Under new business, the council heard from Terry McKinney, city utility director. He explained the current development plan for improving the 35 miles of electrical infrastructure. Seventeen miles of primary lines have been upgraded to 12,470 volts. By the end of March, the city will have installed more than 5 miles of new primary lines for the FireTree Estates development north of town.
There are four areas in the city that require special attention: in West Baldwin, along and near Orange Street, along and near Second Street, and east of the Baker campus. These are the areas where major overloads occur, sometimes causing the melting of the copper wires.
"There's so much work to do before hot weather" and peak electrical usage, said McKinney. He's asked Mid-Plains Electric to make improvements to one of these problem spots: the electrical service along and near the alley between Fifth and Sixth Streets east of the campus. The council approved the contract with Mid-Plains, which will cost $25,000 and will be covered by the $218,550 budget allowed for the current electrical improvements.
By the end of the summer, 80 percent of the electrical distribution system will have been installed or upgraded. It will take about two years to complete all improvements to the system.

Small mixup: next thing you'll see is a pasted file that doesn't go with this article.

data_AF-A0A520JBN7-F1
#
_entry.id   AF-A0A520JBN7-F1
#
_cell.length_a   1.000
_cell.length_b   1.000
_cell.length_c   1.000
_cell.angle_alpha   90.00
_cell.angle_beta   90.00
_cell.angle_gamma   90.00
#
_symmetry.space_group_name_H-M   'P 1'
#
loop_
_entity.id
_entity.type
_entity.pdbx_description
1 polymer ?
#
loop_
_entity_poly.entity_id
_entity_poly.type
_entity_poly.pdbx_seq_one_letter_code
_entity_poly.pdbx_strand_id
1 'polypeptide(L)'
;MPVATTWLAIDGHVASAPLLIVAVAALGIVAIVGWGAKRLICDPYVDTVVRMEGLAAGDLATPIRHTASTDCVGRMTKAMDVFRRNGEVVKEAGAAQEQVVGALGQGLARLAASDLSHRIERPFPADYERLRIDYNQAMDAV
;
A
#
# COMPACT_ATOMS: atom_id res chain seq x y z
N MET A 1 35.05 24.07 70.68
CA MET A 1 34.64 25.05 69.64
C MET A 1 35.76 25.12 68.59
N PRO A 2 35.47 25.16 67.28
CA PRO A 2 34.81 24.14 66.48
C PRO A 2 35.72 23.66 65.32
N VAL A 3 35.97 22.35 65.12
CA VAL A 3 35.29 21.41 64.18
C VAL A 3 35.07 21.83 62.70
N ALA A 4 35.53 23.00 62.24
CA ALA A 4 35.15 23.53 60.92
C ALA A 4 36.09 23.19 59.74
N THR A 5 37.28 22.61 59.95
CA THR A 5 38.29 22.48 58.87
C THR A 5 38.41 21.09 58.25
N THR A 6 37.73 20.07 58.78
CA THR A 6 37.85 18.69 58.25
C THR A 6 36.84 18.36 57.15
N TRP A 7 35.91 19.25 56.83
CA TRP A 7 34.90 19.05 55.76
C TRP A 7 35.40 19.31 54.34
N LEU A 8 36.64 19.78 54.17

KCPL faulted for outages
McKinney also reported on several electrical outages Thursday night. At 9:30 p.m., 10:50 p.m., and 1:30 a.m. the power went out in the city. KCPL reported an "operation," a sensing of a fault on the line which causes a momentary voltage drop, in the Gardner substation. Each time the power went out, Baldwin City relays were reset by city employees at the Newton substation.
"The city would not have experienced any outages if KCPL had not had any problems," said McKinney.
On Friday, the city crew identified a problem on the city end of the outage. Relays for low voltage on the line side (high voltage) of the breaker had been set too sensitive when installed. By extending the time interval for tripping, this problem should be corrected in the future.